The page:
Derrick Robinson Is All About The Speed

Will He Pursue Baseball or Football?

When you mention a high school prospect, you will usually talk a player with lots of tools and enormous potential to blossom into his potential. However, when you mention the name of Derrick Robinson to a scout, prepare to go on-and-on about his blazing speed. Robinson is the fastest player in the nation and, the only thing that could hold up his baseball career is the sport of football. Robinson tells the Scout.com Network what his goals are and which sport he will pursue.

"Derrick Robinson is without a doubt the fastest person in the 2006 draft class," one area scout from Florida told the Scout Network.

Other reports have Robinson as the fastest player to ever play high school baseball.

"I am very thankful for my speed," Robinson said. "It definitely is an advantage to my game. I work real hard on it."

As the leadoff batter for PK Yonge High School, Robinson batted .359 with forty-eight stolen bases and a team high twenty-four runs scored. Robinson led his club to the state regional quarterfinals as a junior and was named on the Florida 2A Second Team All-State team.

The switch-hitter is also a great defensive outfielder, and scouts that have seen Robinson play would note that he rarely lets ball drop in the outfield. Robinson also has a strong and accurate arm in the outfield, and can play all three outfield positions.

However, the outfielder who compares himself to Kenny Lofton and Juan Pierre, has committed to the University of Florida, and many believe he will follow a career with football and not baseball because of his blazing speed. Robinson was eager to tell the Scout Network the truth.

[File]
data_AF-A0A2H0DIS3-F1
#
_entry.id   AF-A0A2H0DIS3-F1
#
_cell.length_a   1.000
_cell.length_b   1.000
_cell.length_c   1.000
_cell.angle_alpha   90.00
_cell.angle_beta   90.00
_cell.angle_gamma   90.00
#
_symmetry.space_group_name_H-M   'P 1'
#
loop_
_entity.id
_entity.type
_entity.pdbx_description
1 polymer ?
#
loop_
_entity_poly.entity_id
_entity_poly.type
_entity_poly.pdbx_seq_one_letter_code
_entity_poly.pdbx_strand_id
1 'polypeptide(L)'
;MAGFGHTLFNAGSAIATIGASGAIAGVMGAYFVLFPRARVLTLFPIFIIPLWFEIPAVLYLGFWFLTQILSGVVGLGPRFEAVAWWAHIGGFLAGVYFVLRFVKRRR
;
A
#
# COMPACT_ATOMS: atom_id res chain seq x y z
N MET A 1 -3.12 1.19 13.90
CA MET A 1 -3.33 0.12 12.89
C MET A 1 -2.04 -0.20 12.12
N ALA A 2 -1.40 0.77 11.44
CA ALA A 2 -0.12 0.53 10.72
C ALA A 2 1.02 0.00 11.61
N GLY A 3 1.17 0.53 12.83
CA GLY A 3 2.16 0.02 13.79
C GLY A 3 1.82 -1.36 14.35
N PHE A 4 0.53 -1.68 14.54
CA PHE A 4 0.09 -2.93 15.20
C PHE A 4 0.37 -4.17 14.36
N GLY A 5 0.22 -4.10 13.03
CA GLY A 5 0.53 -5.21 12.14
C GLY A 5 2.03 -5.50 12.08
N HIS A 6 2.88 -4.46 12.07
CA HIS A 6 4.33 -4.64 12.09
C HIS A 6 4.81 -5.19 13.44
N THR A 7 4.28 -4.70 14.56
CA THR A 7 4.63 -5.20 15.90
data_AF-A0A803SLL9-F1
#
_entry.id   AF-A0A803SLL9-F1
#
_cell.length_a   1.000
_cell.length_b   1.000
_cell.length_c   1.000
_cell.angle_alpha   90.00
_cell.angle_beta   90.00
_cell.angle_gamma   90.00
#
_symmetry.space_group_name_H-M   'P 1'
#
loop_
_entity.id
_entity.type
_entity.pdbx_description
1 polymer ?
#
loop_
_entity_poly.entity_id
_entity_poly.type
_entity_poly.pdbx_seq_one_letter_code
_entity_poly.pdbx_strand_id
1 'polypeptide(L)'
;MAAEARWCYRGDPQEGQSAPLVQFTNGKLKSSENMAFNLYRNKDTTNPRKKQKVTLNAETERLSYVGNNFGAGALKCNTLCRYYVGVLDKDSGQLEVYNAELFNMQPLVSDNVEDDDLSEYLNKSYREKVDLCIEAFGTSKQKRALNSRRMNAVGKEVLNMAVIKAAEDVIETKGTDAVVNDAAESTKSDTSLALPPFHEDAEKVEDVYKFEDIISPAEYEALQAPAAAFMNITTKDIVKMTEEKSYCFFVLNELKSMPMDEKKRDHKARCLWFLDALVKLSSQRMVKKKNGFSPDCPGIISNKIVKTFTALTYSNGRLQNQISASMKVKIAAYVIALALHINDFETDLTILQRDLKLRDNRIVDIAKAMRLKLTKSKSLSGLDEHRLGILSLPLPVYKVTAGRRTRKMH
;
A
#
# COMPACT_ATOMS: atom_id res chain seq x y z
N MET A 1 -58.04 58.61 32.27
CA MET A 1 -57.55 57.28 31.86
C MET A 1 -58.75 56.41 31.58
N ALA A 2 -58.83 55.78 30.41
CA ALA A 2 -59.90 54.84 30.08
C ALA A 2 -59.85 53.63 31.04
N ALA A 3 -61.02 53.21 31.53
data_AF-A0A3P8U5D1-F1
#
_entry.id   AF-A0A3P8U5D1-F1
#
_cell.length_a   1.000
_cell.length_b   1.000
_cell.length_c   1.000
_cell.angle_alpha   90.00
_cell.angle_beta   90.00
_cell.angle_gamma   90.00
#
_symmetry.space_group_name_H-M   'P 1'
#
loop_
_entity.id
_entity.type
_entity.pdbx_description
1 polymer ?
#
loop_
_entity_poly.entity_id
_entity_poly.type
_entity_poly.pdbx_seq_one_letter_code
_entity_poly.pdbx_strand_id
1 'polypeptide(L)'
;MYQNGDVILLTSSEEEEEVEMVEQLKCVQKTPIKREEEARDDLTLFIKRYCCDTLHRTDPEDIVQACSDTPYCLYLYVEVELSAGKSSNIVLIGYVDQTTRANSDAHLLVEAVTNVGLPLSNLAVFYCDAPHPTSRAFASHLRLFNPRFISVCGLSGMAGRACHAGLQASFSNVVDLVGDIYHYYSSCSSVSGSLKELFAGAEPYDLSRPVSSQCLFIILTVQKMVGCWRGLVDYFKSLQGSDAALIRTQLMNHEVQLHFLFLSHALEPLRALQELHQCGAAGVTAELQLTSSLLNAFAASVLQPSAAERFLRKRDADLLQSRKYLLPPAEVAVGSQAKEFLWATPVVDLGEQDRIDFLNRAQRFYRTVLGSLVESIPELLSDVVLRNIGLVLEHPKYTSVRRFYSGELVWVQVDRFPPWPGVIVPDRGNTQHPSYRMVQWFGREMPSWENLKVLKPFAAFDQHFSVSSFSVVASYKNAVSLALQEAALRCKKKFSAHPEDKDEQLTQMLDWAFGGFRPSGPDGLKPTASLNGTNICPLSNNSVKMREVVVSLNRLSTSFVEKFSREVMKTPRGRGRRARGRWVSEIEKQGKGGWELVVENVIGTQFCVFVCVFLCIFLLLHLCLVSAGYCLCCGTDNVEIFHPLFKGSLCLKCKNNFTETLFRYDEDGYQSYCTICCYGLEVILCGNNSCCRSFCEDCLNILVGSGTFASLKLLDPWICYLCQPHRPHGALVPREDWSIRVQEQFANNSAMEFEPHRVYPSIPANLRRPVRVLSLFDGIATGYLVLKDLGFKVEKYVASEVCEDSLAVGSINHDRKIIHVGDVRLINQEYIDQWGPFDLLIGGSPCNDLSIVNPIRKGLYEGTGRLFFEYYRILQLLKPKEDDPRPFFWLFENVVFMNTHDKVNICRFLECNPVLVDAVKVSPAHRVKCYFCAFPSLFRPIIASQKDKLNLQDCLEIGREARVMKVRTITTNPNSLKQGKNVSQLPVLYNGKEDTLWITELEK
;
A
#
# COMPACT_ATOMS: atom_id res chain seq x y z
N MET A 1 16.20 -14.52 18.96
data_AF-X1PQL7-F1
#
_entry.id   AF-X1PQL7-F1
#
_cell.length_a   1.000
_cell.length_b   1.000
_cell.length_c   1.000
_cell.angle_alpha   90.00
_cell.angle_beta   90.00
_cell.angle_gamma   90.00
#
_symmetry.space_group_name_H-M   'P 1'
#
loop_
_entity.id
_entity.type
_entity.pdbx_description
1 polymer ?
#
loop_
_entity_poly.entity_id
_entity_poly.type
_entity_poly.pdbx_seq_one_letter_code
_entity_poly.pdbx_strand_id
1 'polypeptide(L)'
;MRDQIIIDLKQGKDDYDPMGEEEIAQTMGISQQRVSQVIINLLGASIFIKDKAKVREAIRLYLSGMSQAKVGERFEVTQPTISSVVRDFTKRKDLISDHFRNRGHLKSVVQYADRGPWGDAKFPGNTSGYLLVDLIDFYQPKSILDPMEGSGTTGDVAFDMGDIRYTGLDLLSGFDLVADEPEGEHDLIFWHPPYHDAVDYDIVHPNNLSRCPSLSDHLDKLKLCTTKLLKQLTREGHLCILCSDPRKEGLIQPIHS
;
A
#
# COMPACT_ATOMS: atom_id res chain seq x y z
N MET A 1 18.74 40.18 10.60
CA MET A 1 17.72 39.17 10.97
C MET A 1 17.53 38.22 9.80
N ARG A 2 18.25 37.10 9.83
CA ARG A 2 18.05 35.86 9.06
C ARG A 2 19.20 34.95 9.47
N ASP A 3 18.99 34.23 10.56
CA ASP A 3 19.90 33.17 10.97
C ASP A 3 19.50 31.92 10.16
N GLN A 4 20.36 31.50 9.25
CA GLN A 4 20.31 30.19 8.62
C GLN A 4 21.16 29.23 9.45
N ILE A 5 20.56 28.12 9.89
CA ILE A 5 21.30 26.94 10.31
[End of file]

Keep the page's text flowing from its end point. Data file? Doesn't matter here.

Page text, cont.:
"I am far better in baseball than I am in football," said Robinson. "I will play both sports if I attend the University of Florida, but I believe my future is with baseball."

Robinson remembers a game in which his team was really struggling offensively. Leading just 1-0, he knew he needed to create something with his speed. Robinson found his way on first base, and then proceeded to steal second and third base, before scoring the insurance run in a 2-0 victory.

Robinson, prepared for the upcoming 2006 draft, is keeping everything to himself. The outfielder knows exactly what round he needs to be selected in for him to sign a professional contract.

"I have thought about the draft process and am ready to test it out," said Robinson. "However, I won't reveal my thinking in terms of what it will take for me to sign a professional contract."

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